Community-acquired pneumonia in the elderly. A practical guide to treatment

David Lieberman, Devora Lieberman

    Research output: Contribution to journalReview articlepeer-review

    16 Scopus citations


    The incidence of community-acquired pneumonia (CAP), an infectious disease, sharply increases among the elderly and the main risk factor for CAP in this age group is chronic comorbidity. The use of the term CAP in the elderly population should be reserved for pneumonia acquired outside of the nursing home setting, since nursing home-acquired pneumonia differs from CAP in terms of its aetiology and clinical manifestations. The main aetiology for CAP is Strrptococcus pneumoniae but atypical pathogens also play an important role as causative agents. The clinical presentations of CAP in the elderly can be different from those in younger patients, and therefore it is important to be aware of and familiar with these differences to avoid unnecessary delays in reaching the correct diagnosis. Imaging is essential to diagnose CAP and to assess its severity. Clinical and laboratory indices can be used to identify elderly patients with CAP who are at low risk for mortality and who can be treated as outpatients. The decision not to hospitalise elderly patients with CAP is contingent on a good clinical condition and the existence of home support systems. The aetiology of CAP cannot be determined on the basis of clinical manifestations, imaging or routine laboratory test results, and the initial antibiotic therapy for elderly patients with CAP should be empirical, based on accepted guidelines. In the light of developments in recent years, elderly patients with CAP, except those who are severely ill, can be treated empirically with once-daily antibiotic monotherapy in the initial phase, using a third-generation fluoroquinolone preparation, such as sparfloxacin, levofloxacin or moxifloxacin, or a new macrolide such as clarithromycin, azithromycin or dirithromycin. In addition to antibiotic therapy, it is critically important to identify and treat the physiological disturbances that accompany CAP as well as decompensation of chronic comorbid conditions. As soon as the patient's condition permits, oral antibiotic therapy should replace intravenous therapy and early discharge from the hospital should be considered. Since influenza and pneumococcus immunisation can reduce morbidity and mortality from CAP, it is important to implement regular immunisation programmes in the primary care setting.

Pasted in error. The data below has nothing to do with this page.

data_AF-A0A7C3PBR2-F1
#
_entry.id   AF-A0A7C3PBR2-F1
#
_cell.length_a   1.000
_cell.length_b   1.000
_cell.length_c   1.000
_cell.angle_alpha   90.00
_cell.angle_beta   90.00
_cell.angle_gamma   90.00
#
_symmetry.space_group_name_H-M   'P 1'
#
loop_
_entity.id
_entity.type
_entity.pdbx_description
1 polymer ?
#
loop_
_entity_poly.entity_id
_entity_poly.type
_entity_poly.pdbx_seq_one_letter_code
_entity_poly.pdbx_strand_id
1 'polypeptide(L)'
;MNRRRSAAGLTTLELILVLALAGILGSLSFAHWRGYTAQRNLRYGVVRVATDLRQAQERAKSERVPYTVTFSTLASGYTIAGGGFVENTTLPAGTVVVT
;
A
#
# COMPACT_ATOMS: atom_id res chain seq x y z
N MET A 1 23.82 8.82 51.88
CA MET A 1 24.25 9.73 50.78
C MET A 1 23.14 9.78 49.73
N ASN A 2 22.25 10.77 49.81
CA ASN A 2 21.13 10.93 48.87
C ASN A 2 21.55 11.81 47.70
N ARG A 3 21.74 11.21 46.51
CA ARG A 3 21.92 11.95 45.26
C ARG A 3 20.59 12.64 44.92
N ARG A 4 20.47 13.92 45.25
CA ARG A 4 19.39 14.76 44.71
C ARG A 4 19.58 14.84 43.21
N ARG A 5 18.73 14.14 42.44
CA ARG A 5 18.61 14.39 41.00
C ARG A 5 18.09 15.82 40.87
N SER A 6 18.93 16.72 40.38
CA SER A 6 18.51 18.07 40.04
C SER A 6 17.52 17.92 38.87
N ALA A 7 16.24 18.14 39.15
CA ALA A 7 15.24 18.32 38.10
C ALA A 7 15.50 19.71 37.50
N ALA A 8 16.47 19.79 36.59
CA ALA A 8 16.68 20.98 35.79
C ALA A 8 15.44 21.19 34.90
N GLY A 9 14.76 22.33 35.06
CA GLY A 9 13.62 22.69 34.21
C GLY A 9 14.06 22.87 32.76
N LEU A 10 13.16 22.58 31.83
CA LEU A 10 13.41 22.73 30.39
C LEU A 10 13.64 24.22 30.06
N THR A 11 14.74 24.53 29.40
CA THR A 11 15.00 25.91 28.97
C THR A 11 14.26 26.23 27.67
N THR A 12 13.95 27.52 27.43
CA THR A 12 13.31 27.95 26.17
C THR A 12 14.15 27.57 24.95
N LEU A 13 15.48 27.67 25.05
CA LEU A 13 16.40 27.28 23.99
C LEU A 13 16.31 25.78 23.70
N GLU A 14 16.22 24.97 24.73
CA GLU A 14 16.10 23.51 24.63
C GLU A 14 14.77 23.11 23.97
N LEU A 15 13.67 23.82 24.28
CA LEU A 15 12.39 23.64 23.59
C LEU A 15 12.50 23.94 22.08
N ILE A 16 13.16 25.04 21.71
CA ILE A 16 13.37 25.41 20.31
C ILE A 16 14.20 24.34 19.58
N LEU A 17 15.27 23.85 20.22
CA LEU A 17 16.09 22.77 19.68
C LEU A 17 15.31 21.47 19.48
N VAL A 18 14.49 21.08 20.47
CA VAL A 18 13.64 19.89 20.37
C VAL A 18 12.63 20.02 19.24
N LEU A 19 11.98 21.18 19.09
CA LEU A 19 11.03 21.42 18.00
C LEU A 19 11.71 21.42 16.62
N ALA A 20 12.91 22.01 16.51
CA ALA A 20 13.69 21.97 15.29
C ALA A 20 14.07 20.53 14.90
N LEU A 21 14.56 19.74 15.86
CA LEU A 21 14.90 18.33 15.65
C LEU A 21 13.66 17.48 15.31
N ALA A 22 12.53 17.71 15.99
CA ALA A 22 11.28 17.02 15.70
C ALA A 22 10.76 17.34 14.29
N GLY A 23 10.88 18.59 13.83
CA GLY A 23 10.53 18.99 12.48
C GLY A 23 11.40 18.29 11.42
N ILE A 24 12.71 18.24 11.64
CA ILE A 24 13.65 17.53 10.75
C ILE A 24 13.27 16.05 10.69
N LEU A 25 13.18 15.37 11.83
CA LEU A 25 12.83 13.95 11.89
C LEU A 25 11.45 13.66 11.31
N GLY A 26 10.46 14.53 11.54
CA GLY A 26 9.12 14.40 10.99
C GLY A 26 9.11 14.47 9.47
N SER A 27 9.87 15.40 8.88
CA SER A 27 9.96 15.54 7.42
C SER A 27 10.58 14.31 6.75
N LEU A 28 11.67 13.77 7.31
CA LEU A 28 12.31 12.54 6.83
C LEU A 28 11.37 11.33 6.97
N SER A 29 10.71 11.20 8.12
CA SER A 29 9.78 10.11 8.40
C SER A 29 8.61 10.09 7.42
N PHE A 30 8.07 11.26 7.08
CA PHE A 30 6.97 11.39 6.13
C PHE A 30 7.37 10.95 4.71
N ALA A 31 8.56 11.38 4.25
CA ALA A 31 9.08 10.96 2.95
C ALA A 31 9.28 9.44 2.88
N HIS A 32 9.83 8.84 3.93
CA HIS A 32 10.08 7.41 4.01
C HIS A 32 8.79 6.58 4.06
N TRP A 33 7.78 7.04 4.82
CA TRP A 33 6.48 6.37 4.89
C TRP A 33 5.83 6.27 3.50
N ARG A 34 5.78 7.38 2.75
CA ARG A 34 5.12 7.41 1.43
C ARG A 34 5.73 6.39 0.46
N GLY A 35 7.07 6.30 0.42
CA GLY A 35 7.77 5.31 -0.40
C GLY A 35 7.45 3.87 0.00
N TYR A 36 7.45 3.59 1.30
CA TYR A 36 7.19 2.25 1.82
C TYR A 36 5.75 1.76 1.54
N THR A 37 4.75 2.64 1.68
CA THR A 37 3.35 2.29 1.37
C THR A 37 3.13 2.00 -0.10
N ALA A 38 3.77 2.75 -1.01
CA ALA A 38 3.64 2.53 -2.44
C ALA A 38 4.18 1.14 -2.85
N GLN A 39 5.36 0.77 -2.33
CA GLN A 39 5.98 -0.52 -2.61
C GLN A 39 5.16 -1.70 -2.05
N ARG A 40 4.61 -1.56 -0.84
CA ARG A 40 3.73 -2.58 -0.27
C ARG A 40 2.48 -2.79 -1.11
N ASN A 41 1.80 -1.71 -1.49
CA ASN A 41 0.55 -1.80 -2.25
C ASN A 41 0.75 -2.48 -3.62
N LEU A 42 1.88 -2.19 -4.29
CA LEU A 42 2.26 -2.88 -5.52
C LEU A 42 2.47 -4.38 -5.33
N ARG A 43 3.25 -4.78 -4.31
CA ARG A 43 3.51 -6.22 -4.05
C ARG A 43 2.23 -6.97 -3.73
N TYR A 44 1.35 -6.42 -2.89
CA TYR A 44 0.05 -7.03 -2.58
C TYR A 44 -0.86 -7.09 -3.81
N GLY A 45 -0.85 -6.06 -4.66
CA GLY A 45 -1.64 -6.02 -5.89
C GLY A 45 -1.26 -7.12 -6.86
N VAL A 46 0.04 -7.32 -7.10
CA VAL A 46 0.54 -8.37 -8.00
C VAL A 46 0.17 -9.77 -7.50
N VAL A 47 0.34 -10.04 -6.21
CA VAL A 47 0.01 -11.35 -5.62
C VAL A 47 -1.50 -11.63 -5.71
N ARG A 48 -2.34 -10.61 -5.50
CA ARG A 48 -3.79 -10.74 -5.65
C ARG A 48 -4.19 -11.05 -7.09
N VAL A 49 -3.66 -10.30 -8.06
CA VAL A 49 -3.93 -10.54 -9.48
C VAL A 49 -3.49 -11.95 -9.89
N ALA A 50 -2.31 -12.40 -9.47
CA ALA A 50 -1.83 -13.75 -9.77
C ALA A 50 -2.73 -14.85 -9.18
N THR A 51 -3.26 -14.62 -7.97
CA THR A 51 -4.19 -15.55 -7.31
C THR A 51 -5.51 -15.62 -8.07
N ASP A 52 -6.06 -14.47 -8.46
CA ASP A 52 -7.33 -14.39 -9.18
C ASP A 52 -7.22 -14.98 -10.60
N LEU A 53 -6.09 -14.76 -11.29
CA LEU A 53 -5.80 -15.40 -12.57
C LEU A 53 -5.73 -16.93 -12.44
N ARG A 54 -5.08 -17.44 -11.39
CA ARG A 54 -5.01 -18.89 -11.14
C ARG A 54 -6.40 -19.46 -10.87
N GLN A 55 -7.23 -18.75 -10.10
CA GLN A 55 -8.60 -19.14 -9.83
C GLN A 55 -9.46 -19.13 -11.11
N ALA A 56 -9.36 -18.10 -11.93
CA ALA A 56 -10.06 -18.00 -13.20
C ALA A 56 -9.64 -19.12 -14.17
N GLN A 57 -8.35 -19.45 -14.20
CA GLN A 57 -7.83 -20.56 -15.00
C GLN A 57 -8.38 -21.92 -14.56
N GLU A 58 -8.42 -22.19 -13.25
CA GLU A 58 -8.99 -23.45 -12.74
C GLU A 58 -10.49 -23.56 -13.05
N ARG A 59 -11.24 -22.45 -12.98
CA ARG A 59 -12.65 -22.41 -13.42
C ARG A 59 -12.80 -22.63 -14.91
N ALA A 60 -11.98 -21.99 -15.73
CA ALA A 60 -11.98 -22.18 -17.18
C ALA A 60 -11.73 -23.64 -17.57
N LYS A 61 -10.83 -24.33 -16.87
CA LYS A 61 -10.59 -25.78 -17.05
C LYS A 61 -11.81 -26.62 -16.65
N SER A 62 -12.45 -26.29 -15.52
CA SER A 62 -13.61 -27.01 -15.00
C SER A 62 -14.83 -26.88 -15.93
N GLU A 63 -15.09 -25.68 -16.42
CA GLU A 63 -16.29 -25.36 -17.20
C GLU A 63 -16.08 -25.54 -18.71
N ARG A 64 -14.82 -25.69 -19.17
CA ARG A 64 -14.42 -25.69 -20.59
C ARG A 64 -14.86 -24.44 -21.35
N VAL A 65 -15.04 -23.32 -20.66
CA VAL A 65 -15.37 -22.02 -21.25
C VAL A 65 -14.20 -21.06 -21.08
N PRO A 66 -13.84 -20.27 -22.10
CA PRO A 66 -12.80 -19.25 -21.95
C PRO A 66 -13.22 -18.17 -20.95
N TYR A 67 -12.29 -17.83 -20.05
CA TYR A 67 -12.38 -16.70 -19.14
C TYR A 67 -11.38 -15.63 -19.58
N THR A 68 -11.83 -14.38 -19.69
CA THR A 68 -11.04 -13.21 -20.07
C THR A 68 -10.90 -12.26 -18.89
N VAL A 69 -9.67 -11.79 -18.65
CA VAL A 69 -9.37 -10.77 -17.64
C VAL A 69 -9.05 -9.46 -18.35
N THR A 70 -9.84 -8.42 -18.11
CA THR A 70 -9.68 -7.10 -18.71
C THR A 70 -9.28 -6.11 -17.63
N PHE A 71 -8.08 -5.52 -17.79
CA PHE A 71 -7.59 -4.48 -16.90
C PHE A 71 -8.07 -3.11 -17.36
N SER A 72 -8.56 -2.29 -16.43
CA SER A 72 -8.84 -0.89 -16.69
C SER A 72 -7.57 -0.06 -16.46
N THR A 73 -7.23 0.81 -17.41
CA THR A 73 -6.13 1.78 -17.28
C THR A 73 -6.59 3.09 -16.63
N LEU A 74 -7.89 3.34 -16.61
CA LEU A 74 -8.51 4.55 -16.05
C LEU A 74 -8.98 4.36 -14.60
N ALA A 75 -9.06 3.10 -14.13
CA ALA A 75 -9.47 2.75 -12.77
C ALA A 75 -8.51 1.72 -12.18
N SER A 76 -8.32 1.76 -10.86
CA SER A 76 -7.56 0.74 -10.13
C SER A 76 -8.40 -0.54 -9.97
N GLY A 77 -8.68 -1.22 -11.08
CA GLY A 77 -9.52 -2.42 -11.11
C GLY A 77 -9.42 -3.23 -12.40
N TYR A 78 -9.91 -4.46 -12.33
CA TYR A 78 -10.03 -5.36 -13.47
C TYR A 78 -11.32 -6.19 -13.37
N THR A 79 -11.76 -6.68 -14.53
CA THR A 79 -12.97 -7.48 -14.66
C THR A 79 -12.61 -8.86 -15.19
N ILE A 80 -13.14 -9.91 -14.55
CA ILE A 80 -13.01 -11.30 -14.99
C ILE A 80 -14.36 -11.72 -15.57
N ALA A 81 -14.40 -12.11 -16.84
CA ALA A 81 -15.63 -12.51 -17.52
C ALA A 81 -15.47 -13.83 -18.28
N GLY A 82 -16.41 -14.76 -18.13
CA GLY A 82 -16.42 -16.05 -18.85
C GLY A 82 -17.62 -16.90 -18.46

Original languageEnglish
    Pages (from-to)93-105
    Number of pages13
    JournalDrugs and Aging
    Issue number2
    StatePublished - 1 Jan 2000

    ASJC Scopus subject areas

    • Geriatrics and Gerontology
    • Pharmacology (medical)


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